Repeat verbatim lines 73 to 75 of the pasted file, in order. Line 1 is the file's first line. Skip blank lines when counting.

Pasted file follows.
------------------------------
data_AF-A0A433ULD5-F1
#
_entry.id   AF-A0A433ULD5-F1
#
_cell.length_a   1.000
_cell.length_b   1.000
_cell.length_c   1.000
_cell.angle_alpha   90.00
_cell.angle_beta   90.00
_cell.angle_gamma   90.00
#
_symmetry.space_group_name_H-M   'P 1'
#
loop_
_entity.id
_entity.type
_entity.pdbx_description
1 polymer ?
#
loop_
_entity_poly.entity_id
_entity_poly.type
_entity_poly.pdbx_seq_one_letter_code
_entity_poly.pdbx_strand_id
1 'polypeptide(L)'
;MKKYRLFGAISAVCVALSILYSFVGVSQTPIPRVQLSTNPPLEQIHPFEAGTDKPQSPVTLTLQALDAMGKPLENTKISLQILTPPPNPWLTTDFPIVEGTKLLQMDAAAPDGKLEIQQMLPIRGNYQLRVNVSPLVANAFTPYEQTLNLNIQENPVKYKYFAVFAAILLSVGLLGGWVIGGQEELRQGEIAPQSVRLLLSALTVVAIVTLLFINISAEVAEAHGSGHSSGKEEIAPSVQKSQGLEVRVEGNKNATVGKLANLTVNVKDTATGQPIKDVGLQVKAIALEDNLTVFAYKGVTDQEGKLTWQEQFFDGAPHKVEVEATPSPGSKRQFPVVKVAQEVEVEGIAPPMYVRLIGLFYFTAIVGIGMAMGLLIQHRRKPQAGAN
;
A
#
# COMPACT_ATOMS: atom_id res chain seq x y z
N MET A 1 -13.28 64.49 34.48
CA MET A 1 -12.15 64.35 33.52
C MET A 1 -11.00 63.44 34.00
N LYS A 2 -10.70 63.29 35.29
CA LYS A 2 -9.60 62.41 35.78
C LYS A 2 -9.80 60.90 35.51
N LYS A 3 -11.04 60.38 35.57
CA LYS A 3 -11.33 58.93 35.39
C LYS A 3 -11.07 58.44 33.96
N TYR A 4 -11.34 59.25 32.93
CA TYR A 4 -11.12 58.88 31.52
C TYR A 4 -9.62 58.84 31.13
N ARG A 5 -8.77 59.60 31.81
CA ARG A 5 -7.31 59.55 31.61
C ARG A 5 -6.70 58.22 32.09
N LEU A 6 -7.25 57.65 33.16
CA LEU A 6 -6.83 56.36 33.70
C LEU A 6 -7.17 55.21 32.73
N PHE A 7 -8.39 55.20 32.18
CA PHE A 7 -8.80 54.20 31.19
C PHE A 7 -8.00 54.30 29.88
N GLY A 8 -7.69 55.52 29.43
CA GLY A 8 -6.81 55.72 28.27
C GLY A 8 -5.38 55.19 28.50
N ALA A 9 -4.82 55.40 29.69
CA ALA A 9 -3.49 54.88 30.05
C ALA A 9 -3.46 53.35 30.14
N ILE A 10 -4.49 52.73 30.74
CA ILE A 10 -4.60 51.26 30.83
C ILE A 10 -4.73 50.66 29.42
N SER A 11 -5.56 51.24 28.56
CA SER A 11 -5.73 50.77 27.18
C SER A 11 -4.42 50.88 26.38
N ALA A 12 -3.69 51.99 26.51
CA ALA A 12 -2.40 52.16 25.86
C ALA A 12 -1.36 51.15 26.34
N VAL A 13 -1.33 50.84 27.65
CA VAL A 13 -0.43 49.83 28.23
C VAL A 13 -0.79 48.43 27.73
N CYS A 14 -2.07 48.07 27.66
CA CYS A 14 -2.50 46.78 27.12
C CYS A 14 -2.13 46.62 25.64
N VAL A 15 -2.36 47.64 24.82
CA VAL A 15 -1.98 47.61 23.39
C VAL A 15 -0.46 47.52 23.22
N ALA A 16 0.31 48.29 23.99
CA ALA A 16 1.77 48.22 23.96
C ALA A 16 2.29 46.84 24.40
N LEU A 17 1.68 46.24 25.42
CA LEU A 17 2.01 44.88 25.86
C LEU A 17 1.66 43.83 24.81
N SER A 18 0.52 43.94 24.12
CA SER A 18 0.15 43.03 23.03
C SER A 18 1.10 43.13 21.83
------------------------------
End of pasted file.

N VAL A 15 -2.36 47.64 24.82
CA VAL A 15 -1.98 47.61 23.39
C VAL A 15 -0.46 47.52 23.22